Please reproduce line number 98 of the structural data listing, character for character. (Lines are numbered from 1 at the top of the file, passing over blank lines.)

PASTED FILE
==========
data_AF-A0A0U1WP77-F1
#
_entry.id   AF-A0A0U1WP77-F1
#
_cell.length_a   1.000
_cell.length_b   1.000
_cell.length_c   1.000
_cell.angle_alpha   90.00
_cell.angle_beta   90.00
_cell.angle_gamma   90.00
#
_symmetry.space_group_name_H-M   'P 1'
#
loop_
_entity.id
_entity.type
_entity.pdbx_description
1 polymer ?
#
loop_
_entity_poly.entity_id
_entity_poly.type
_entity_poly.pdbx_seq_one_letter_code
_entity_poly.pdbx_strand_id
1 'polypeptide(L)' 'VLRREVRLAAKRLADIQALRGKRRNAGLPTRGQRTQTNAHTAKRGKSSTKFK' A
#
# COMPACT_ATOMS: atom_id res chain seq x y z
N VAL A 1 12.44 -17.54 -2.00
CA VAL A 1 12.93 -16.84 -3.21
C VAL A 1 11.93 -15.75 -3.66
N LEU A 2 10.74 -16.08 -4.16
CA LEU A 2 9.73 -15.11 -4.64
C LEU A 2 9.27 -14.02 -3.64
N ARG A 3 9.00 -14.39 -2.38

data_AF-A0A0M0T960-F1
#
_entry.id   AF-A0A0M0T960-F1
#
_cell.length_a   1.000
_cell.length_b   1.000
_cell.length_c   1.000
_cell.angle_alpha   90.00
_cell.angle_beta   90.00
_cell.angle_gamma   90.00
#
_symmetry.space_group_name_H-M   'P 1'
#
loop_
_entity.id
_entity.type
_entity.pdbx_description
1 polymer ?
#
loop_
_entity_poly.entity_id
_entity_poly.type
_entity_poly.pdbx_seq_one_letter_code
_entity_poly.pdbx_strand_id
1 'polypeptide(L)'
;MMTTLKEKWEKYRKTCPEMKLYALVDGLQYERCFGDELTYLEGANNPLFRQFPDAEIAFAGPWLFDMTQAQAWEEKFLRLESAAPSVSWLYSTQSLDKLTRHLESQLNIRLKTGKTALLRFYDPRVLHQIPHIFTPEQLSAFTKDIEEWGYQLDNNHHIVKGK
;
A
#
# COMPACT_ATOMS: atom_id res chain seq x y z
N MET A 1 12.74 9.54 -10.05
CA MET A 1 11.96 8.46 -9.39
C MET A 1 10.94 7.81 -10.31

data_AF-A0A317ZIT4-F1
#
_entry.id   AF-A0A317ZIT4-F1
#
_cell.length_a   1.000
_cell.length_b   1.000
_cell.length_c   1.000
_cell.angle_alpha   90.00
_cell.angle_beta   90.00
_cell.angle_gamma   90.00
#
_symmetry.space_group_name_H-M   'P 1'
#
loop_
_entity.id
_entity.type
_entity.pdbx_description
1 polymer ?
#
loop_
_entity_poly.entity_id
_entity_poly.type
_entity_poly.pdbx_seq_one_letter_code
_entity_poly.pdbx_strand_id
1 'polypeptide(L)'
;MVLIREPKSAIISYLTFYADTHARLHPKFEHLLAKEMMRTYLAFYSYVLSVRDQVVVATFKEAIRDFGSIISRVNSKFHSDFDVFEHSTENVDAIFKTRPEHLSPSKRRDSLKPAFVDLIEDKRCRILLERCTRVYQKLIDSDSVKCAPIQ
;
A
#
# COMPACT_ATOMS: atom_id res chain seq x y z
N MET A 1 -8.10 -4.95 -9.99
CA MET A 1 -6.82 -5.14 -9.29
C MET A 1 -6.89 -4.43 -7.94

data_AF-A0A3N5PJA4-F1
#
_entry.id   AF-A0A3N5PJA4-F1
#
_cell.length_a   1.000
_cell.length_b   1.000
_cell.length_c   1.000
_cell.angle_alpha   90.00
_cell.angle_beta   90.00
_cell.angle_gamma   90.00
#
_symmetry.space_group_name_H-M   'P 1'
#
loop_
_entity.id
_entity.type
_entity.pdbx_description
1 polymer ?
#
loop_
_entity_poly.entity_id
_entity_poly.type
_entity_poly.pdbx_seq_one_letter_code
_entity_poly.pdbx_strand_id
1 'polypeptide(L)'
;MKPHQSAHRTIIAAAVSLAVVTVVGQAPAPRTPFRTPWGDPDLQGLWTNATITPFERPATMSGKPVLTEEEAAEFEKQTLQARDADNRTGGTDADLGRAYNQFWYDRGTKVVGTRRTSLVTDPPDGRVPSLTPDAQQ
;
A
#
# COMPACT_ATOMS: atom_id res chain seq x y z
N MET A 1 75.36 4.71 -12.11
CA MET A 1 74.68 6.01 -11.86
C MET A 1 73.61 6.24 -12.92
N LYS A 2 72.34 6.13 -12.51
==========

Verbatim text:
N MET A 1 -8.10 -4.95 -9.99